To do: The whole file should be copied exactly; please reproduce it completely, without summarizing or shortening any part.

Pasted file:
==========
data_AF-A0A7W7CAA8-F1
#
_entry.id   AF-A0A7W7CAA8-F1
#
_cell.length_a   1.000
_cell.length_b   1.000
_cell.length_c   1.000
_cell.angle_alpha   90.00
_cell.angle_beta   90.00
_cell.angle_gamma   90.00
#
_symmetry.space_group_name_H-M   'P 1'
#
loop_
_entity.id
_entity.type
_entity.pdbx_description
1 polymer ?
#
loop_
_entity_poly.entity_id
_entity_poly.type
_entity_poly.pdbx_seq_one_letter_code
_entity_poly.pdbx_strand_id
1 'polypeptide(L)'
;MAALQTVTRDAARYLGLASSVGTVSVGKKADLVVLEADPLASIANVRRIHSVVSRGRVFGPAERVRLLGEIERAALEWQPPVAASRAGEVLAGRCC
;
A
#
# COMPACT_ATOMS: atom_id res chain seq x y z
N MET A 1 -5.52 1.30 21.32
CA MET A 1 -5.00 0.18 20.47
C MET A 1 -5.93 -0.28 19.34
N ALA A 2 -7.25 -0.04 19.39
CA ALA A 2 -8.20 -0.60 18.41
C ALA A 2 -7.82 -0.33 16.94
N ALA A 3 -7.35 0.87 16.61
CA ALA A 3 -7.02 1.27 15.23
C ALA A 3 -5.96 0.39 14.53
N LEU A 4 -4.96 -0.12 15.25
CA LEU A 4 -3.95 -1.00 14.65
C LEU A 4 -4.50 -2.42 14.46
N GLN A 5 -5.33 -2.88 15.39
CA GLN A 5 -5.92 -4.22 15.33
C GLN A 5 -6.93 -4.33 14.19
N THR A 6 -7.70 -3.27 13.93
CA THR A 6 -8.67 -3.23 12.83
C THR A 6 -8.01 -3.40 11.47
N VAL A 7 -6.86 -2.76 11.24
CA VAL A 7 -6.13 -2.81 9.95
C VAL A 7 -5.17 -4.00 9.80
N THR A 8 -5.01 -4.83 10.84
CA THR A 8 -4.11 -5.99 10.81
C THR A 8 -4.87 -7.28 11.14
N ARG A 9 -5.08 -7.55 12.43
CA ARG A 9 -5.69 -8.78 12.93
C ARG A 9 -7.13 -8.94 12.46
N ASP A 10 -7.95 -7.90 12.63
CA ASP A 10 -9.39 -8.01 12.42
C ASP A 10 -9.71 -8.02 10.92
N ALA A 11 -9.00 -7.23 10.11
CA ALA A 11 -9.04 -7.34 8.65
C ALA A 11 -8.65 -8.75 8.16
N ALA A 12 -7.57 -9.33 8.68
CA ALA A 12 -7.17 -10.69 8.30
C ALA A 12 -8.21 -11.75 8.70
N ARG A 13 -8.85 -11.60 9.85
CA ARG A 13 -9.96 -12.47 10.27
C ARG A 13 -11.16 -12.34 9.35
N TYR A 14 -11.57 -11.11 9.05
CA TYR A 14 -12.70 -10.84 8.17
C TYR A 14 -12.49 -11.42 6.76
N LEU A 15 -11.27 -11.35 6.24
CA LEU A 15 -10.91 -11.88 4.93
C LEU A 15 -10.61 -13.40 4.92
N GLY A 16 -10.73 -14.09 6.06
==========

data_AF-A0A7W7CAA8-F1
#
_entry.id   AF-A0A7W7CAA8-F1
#
_cell.length_a   1.000
_cell.length_b   1.000
_cell.length_c   1.000
_cell.angle_alpha   90.00
_cell.angle_beta   90.00
_cell.angle_gamma   90.00
#
_symmetry.space_group_name_H-M   'P 1'
#
loop_
_entity.id
_entity.type
_entity.pdbx_description
1 polymer ?
#
loop_
_entity_poly.entity_id
_entity_poly.type
_entity_poly.pdbx_seq_one_letter_code
_entity_poly.pdbx_strand_id
1 'polypeptide(L)'
;MAALQTVTRDAARYLGLASSVGTVSVGKKADLVVLEADPLASIANVRRIHSVVSRGRVFGPAERVRLLGEIERAALEWQPPVAASRAGEVLAGRCC
;
A
#
# COMPACT_ATOMS: atom_id res chain seq x y z
N MET A 1 -5.52 1.30 21.32
CA MET A 1 -5.00 0.18 20.47
C MET A 1 -5.93 -0.28 19.34
N ALA A 2 -7.25 -0.04 19.39
CA ALA A 2 -8.20 -0.60 18.41
C ALA A 2 -7.82 -0.33 16.94
N ALA A 3 -7.35 0.87 16.61
CA ALA A 3 -7.02 1.27 15.23
C ALA A 3 -5.96 0.39 14.53
N LEU A 4 -4.96 -0.12 15.25
CA LEU A 4 -3.95 -1.00 14.65
C LEU A 4 -4.50 -2.42 14.46
N GLN A 5 -5.33 -2.88 15.39
CA GLN A 5 -5.92 -4.22 15.33
C GLN A 5 -6.93 -4.33 14.19
N THR A 6 -7.70 -3.27 13.93
CA THR A 6 -8.67 -3.23 12.83
C THR A 6 -8.01 -3.40 11.47
N VAL A 7 -6.86 -2.76 11.24
CA VAL A 7 -6.13 -2.81 9.95
C VAL A 7 -5.17 -4.00 9.80
N THR A 8 -5.01 -4.83 10.84
CA THR A 8 -4.11 -5.99 10.81
C THR A 8 -4.87 -7.28 11.14
N ARG A 9 -5.08 -7.55 12.43
CA ARG A 9 -5.69 -8.78 12.93
C ARG A 9 -7.13 -8.94 12.46
N ASP A 10 -7.95 -7.90 12.63
CA ASP A 10 -9.39 -8.01 12.42
C ASP A 10 -9.71 -8.02 10.92
N ALA A 11 -9.00 -7.23 10.11
CA ALA A 11 -9.04 -7.34 8.65
C ALA A 11 -8.65 -8.75 8.16
N ALA A 12 -7.57 -9.33 8.68
CA ALA A 12 -7.17 -10.69 8.30
C ALA A 12 -8.21 -11.75 8.70
N ARG A 13 -8.85 -11.60 9.85
CA ARG A 13 -9.96 -12.47 10.27
C ARG A 13 -11.16 -12.34 9.35
N TYR A 14 -11.57 -11.11 9.05
CA TYR A 14 -12.70 -10.84 8.17
C TYR A 14 -12.49 -11.42 6.76
N LEU A 15 -11.27 -11.35 6.24
CA LEU A 15 -10.91 -11.88 4.93
C LEU A 15 -10.61 -13.40 4.92
N GLY A 16 -10.73 -14.09 6.06